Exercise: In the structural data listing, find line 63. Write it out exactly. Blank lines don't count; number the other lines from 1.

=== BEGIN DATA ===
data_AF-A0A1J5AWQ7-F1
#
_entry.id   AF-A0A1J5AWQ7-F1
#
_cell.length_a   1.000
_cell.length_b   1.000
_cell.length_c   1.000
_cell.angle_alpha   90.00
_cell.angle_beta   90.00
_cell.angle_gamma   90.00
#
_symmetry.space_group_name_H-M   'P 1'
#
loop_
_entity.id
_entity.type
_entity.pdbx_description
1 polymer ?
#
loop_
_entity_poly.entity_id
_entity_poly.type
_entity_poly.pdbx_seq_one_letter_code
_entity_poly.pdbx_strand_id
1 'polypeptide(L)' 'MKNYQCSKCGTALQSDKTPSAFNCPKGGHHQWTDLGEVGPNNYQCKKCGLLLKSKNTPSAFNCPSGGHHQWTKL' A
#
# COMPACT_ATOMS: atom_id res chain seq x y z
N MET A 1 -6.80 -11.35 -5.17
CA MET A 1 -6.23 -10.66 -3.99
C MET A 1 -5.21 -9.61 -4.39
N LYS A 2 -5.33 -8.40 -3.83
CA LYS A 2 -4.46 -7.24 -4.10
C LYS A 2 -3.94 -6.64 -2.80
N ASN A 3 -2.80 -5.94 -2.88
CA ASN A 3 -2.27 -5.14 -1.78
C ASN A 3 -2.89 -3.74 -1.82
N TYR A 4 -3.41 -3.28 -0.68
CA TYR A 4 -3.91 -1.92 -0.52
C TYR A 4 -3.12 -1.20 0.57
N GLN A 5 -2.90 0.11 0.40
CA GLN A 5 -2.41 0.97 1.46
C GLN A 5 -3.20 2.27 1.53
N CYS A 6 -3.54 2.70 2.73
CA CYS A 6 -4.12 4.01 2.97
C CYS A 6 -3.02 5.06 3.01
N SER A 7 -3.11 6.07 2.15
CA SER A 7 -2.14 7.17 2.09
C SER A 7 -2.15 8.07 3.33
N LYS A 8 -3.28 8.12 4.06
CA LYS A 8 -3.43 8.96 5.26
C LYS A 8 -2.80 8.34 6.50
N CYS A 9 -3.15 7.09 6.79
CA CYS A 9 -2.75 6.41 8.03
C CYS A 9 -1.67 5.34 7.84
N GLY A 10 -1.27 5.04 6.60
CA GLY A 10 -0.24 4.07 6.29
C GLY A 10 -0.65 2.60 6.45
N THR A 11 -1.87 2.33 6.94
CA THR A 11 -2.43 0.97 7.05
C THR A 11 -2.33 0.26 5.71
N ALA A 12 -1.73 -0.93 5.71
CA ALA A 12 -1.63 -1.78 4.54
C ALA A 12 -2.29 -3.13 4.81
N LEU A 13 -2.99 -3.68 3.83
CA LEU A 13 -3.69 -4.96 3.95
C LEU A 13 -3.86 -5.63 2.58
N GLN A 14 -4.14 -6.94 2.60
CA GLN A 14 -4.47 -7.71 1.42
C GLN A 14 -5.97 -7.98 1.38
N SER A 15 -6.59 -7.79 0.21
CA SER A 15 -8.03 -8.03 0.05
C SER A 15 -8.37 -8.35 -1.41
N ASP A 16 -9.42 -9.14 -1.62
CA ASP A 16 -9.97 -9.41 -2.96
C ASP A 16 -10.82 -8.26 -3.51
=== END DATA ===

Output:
C ALA A 12 -2.29 -3.13 4.81